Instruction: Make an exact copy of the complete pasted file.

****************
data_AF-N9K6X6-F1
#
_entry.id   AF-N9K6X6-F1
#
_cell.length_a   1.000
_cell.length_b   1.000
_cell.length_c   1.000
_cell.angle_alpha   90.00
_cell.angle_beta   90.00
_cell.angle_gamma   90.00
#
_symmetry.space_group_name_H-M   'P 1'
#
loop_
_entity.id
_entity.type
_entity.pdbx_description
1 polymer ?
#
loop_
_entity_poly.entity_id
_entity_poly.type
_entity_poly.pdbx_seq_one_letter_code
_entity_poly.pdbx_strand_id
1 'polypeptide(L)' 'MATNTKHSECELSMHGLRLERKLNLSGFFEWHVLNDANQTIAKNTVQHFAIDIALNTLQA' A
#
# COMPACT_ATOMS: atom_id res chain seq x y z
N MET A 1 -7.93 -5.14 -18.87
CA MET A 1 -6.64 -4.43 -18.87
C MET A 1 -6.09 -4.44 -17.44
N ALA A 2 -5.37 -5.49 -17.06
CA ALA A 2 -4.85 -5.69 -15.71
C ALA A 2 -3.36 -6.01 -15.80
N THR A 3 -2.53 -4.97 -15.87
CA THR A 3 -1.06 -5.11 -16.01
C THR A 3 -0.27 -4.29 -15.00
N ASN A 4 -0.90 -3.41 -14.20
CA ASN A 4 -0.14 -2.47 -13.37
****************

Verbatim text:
data_AF-N9K6X6-F1
#
_entry.id   AF-N9K6X6-F1
#
_cell.length_a   1.000
_cell.length_b   1.000
_cell.length_c   1.000
_cell.angle_alpha   90.00
_cell.angle_beta   90.00
_cell.angle_gamma   90.00
#
_symmetry.space_group_name_H-M   'P 1'
#
loop_
_entity.id
_entity.type
_entity.pdbx_description
1 polymer ?
#
loop_
_entity_poly.entity_id
_entity_poly.type
_entity_poly.pdbx_seq_one_letter_code
_entity_poly.pdbx_strand_id
1 'polypeptide(L)' 'MATNTKHSECELSMHGLRLERKLNLSGFFEWHVLNDANQTIAKNTVQHFAIDIALNTLQA' A
#
# COMPACT_ATOMS: atom_id res chain seq x y z
N MET A 1 -7.93 -5.14 -18.87
CA MET A 1 -6.64 -4.43 -18.87
C MET A 1 -6.09 -4.44 -17.44
N ALA A 2 -5.37 -5.49 -17.06
CA ALA A 2 -4.85 -5.69 -15.71
C ALA A 2 -3.36 -6.01 -15.80
N THR A 3 -2.53 -4.97 -15.87
CA THR A 3 -1.06 -5.11 -16.01
C THR A 3 -0.27 -4.29 -15.00
N ASN A 4 -0.90 -3.41 -14.20
CA ASN A 4 -0.14 -2.47 -13.37